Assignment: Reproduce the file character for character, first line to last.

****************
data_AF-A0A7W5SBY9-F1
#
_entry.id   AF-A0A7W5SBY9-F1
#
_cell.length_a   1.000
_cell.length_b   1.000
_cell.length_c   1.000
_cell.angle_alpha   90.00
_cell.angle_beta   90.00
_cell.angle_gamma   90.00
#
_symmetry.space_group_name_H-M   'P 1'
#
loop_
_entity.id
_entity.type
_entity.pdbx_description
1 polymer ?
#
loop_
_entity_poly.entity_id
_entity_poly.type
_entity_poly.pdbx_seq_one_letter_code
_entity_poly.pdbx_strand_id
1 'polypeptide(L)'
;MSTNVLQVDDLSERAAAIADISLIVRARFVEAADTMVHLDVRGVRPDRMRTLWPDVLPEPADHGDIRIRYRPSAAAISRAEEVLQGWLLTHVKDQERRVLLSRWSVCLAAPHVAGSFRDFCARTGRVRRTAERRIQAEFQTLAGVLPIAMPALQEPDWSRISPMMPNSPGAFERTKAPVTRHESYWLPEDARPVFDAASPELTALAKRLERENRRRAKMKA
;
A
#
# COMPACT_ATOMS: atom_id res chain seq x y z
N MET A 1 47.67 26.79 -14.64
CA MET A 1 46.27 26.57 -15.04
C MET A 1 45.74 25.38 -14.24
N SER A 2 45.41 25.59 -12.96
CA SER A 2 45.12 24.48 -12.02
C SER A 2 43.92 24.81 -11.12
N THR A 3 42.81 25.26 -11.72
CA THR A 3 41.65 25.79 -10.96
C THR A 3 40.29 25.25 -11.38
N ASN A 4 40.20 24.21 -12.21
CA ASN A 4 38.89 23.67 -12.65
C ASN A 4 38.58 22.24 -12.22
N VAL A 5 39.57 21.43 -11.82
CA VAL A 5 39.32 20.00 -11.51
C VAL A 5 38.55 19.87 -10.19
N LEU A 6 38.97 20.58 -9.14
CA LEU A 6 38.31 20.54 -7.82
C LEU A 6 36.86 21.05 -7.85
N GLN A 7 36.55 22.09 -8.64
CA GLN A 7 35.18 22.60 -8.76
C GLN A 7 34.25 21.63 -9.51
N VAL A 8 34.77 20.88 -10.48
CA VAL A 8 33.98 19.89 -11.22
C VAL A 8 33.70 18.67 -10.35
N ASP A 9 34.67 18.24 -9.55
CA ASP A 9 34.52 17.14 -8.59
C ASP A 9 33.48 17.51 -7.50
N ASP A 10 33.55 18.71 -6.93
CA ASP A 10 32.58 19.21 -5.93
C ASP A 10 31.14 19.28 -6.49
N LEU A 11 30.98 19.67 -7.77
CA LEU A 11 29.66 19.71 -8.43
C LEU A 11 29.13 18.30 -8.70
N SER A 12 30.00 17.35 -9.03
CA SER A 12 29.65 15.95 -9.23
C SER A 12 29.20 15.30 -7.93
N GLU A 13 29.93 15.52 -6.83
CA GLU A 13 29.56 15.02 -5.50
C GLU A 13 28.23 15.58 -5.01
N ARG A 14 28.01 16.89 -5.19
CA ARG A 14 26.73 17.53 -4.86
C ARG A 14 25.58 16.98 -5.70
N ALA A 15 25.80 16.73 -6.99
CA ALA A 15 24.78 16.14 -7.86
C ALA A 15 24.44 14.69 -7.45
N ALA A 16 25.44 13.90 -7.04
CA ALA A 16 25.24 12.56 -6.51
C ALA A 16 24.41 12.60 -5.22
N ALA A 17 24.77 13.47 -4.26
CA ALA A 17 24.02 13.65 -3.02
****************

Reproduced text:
data_AF-A0A7W5SBY9-F1
#
_entry.id   AF-A0A7W5SBY9-F1
#
_cell.length_a   1.000
_cell.length_b   1.000
_cell.length_c   1.000
_cell.angle_alpha   90.00
_cell.angle_beta   90.00
_cell.angle_gamma   90.00
#
_symmetry.space_group_name_H-M   'P 1'
#
loop_
_entity.id
_entity.type
_entity.pdbx_description
1 polymer ?
#
loop_
_entity_poly.entity_id
_entity_poly.type
_entity_poly.pdbx_seq_one_letter_code
_entity_poly.pdbx_strand_id
1 'polypeptide(L)'
;MSTNVLQVDDLSERAAAIADISLIVRARFVEAADTMVHLDVRGVRPDRMRTLWPDVLPEPADHGDIRIRYRPSAAAISRAEEVLQGWLLTHVKDQERRVLLSRWSVCLAAPHVAGSFRDFCARTGRVRRTAERRIQAEFQTLAGVLPIAMPALQEPDWSRISPMMPNSPGAFERTKAPVTRHESYWLPEDARPVFDAASPELTALAKRLERENRRRAKMKA
;
A
#
# COMPACT_ATOMS: atom_id res chain seq x y z
N MET A 1 47.67 26.79 -14.64
CA MET A 1 46.27 26.57 -15.04
C MET A 1 45.74 25.38 -14.24
N SER A 2 45.41 25.59 -12.96
CA SER A 2 45.12 24.48 -12.02
C SER A 2 43.92 24.81 -11.12
N THR A 3 42.81 25.26 -11.72
CA THR A 3 41.65 25.79 -10.96
C THR A 3 40.29 25.25 -11.38
N ASN A 4 40.20 24.21 -12.21
CA ASN A 4 38.89 23.67 -12.65
C ASN A 4 38.58 22.24 -12.22
N VAL A 5 39.57 21.43 -11.82
CA VAL A 5 39.32 20.00 -11.51
C VAL A 5 38.55 19.87 -10.19
N LEU A 6 38.97 20.58 -9.14
CA LEU A 6 38.31 20.54 -7.82
C LEU A 6 36.86 21.05 -7.85
N GLN A 7 36.55 22.09 -8.64
CA GLN A 7 35.18 22.60 -8.76
C GLN A 7 34.25 21.63 -9.51
N VAL A 8 34.77 20.88 -10.48
CA VAL A 8 33.98 19.89 -11.22
C VAL A 8 33.70 18.67 -10.35
N ASP A 9 34.67 18.24 -9.55
CA ASP A 9 34.52 17.14 -8.59
C ASP A 9 33.48 17.51 -7.50
N ASP A 10 33.55 18.71 -6.93
CA ASP A 10 32.58 19.21 -5.93
C ASP A 10 31.14 19.28 -6.49
N LEU A 11 30.98 19.67 -7.77
CA LEU A 11 29.66 19.71 -8.43
C LEU A 11 29.13 18.30 -8.70
N SER A 12 30.00 17.35 -9.03
CA SER A 12 29.65 15.95 -9.23
C SER A 12 29.20 15.30 -7.93
N GLU A 13 29.93 15.52 -6.83
CA GLU A 13 29.56 15.02 -5.50
C GLU A 13 28.23 15.58 -5.01
N ARG A 14 28.01 16.89 -5.19
CA ARG A 14 26.73 17.53 -4.86
C ARG A 14 25.58 16.98 -5.70
N ALA A 15 25.80 16.73 -6.99
CA ALA A 15 24.78 16.14 -7.86
C ALA A 15 24.44 14.69 -7.45
N ALA A 16 25.44 13.90 -7.04
CA ALA A 16 25.24 12.56 -6.51
C ALA A 16 24.41 12.60 -5.22
N ALA A 17 24.77 13.47 -4.26
CA ALA A 17 24.02 13.65 -3.02